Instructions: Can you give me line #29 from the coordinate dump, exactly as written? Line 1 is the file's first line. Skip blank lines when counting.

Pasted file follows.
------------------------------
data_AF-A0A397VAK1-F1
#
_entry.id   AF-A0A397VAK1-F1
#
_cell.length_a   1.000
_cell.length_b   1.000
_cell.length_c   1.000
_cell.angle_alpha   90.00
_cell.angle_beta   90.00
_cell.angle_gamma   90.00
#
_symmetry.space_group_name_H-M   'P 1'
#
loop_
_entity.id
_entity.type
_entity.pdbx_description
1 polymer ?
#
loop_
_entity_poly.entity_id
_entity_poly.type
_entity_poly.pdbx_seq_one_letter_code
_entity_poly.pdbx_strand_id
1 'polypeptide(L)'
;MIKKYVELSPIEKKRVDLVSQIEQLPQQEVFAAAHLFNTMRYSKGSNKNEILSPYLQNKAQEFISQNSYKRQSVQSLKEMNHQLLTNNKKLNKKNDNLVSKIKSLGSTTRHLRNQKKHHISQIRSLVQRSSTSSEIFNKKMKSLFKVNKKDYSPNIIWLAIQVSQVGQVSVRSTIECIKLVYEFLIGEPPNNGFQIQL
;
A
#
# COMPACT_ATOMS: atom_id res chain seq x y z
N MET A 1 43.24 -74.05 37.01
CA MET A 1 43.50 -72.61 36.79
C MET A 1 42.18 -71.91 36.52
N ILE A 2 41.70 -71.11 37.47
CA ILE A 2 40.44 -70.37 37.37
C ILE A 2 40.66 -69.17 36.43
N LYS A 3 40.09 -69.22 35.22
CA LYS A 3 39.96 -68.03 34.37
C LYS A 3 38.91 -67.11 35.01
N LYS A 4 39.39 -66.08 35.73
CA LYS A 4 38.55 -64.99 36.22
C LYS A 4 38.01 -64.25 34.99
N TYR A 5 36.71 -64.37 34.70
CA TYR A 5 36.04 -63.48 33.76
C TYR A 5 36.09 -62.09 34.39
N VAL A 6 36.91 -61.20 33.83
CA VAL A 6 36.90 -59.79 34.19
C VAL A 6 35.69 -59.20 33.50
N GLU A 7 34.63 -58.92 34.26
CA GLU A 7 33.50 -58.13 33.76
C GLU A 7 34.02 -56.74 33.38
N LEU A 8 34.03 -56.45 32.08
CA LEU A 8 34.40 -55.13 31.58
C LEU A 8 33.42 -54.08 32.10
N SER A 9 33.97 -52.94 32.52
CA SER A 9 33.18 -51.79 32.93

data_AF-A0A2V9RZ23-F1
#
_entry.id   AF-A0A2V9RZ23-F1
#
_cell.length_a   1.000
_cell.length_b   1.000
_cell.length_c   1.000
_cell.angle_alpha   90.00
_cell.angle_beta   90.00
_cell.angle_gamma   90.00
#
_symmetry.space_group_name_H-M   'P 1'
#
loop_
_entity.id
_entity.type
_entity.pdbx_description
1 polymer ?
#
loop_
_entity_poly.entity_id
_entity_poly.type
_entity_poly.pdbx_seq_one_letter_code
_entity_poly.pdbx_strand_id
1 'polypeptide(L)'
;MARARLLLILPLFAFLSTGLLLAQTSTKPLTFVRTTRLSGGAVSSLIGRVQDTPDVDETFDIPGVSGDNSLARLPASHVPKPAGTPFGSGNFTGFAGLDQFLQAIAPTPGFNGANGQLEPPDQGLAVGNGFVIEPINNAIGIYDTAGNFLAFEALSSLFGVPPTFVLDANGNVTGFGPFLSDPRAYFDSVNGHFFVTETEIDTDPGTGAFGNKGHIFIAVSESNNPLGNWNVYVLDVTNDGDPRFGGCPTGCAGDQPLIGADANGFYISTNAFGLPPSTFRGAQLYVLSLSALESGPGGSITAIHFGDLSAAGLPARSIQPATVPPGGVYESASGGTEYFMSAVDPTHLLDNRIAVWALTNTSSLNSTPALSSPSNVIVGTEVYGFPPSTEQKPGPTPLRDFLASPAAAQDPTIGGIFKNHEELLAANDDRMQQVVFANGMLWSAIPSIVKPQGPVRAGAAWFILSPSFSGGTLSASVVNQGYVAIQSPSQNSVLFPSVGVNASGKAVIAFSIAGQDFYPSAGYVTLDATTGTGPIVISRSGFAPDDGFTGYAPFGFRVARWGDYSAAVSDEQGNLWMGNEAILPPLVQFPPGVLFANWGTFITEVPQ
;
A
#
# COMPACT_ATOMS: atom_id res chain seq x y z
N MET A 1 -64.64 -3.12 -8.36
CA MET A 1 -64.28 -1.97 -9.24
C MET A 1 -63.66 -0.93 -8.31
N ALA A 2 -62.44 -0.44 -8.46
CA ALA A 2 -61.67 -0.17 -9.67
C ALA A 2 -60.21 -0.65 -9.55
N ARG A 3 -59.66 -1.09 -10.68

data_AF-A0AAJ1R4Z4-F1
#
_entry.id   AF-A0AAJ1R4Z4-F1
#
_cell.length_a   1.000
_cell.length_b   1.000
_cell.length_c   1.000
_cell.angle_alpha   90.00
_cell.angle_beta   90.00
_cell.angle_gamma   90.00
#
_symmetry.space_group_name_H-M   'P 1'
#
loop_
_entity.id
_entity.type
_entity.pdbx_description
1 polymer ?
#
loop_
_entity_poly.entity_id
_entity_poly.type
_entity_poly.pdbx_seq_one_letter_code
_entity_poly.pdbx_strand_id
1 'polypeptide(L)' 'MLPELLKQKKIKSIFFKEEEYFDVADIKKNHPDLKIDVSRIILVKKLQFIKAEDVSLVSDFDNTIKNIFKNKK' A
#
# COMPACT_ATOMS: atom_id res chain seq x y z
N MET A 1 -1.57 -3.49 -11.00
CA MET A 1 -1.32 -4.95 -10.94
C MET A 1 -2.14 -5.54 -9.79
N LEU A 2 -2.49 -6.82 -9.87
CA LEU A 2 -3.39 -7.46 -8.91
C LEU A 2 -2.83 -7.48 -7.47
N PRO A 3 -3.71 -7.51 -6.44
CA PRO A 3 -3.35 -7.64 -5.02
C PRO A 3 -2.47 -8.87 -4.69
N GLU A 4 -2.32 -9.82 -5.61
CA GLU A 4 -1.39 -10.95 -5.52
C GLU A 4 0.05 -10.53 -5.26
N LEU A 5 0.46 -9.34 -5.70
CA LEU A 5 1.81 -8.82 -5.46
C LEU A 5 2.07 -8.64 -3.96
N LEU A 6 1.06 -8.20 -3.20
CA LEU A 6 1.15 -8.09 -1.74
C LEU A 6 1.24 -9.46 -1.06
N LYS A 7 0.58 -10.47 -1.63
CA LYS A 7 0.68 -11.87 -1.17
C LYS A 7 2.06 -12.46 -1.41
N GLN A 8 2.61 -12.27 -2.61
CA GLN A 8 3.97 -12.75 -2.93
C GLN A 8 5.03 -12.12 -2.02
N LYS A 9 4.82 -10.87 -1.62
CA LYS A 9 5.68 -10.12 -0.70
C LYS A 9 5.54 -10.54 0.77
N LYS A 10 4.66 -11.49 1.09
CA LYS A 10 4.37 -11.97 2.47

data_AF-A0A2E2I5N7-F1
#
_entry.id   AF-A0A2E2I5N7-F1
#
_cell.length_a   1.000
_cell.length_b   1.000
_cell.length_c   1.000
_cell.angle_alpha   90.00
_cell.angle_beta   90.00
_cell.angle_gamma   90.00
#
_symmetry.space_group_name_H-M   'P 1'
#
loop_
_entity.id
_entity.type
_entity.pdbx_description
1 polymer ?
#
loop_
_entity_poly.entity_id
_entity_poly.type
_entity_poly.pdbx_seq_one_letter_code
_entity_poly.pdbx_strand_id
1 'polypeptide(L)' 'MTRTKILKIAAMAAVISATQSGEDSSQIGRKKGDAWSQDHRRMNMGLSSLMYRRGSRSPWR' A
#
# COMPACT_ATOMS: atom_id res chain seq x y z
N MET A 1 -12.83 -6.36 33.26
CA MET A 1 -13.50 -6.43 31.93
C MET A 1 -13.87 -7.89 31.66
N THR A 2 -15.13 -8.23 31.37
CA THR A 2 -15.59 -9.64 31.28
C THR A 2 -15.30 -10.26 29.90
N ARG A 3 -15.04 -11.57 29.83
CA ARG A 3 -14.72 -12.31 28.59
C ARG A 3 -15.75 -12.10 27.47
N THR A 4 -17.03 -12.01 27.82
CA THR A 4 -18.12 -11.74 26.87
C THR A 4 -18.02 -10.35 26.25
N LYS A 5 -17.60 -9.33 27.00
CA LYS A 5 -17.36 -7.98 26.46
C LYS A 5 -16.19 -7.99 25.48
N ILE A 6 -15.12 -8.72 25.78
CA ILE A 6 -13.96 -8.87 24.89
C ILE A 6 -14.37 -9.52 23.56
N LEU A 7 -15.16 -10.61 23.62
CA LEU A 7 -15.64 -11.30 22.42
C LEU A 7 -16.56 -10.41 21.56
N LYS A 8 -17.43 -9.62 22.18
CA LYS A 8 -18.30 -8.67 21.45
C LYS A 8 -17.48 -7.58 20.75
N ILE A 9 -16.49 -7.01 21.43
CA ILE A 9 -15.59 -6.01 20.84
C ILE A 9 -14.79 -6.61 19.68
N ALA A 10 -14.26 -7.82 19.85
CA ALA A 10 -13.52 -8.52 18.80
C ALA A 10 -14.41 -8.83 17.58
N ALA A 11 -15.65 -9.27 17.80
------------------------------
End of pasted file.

#